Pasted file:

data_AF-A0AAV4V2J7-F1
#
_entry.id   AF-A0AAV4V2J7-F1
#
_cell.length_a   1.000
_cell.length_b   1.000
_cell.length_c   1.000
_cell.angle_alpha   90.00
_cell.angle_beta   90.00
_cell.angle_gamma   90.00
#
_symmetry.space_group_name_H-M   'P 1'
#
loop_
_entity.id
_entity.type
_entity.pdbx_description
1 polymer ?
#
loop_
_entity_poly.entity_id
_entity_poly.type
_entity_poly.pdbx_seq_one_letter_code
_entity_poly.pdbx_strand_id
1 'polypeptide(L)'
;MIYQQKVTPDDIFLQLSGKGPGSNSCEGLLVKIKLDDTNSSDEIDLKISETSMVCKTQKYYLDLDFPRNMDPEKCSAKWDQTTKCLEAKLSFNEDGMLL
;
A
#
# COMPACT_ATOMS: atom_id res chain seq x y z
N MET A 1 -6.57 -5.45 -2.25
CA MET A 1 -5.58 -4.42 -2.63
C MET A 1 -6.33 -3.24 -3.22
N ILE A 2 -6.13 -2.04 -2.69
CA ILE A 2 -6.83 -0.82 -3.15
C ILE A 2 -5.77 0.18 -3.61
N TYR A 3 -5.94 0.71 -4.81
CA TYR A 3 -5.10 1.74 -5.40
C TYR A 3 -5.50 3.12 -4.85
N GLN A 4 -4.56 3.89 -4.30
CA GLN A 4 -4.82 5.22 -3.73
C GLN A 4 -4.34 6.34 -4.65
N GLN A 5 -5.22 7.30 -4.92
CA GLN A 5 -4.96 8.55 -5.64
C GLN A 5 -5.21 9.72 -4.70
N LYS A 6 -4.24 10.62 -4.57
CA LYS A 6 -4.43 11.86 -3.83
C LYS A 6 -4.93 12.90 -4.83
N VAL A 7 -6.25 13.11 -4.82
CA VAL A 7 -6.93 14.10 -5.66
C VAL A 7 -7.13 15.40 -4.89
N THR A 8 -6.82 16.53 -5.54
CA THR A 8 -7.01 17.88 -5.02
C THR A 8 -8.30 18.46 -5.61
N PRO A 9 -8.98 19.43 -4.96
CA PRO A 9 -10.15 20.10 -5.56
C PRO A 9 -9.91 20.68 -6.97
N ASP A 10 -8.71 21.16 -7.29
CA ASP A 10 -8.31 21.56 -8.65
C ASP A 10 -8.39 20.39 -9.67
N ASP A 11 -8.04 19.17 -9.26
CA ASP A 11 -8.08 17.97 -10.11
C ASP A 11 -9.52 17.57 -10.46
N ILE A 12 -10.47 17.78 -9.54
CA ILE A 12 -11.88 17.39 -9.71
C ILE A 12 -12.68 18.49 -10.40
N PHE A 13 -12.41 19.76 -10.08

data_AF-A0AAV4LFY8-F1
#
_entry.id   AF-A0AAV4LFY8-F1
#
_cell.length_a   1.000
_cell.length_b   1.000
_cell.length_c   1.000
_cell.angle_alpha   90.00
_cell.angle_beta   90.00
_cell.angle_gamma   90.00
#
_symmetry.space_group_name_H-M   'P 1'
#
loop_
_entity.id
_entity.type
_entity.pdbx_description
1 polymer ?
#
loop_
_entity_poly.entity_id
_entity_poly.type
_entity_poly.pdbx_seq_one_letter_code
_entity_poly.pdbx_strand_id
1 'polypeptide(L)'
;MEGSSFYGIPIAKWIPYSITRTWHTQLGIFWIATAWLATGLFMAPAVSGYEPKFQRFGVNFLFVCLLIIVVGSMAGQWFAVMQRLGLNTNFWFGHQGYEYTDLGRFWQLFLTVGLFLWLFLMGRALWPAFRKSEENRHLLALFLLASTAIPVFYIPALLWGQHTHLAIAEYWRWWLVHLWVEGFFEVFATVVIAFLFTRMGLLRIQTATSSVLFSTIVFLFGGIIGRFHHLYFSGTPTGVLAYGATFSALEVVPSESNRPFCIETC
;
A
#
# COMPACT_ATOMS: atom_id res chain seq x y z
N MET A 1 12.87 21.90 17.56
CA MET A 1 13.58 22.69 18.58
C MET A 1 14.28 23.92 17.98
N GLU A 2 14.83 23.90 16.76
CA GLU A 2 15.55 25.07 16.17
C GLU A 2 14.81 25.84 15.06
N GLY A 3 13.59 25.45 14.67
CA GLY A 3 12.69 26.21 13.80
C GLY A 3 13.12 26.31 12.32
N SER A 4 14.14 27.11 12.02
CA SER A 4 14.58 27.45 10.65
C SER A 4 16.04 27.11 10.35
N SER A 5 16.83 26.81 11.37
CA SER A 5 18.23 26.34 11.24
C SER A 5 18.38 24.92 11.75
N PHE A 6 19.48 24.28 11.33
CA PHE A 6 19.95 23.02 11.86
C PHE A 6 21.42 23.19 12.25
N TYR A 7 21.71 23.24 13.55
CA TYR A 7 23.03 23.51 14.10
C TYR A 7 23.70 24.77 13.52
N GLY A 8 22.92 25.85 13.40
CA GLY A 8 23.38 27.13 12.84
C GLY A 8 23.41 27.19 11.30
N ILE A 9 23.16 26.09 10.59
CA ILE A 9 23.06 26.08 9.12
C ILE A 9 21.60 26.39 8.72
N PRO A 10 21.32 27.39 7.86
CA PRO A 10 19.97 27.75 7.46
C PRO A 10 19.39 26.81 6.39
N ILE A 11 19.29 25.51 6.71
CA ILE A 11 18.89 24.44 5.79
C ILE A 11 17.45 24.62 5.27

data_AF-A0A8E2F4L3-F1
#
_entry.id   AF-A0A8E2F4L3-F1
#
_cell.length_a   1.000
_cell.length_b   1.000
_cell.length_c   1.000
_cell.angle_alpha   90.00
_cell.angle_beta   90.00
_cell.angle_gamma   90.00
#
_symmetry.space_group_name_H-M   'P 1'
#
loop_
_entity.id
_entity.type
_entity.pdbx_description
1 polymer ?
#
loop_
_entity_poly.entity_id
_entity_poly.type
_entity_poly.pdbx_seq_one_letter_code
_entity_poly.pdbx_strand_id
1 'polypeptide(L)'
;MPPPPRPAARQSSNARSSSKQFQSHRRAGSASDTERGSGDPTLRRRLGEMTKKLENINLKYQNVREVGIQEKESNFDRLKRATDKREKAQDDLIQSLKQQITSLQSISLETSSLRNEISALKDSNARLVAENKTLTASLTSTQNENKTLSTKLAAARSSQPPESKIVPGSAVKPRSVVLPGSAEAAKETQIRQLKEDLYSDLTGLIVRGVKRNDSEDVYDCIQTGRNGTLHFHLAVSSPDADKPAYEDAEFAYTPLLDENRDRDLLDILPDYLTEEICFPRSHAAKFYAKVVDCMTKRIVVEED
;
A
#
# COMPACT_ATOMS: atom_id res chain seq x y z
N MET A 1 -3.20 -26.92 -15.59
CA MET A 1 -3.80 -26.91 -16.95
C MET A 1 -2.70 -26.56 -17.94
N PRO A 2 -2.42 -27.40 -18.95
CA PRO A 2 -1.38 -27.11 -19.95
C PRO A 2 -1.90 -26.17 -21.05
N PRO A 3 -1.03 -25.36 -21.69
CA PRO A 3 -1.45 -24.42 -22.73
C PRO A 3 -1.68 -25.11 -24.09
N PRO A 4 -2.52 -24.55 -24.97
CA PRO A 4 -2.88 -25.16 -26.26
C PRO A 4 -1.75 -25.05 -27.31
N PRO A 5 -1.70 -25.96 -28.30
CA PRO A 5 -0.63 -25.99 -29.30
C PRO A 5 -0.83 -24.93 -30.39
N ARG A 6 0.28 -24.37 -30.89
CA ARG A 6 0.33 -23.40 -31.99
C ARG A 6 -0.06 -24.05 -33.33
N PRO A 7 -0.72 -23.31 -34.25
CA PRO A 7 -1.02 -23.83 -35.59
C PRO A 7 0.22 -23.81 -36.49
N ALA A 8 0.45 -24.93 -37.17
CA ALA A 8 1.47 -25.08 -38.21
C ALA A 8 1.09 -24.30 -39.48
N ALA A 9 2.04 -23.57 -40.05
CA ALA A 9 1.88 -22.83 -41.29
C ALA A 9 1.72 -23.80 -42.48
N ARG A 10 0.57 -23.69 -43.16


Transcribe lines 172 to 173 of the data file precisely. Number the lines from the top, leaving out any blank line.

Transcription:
C PRO A 4 -1.75 -25.05 -27.31
N PRO A 5 -1.70 -25.96 -28.30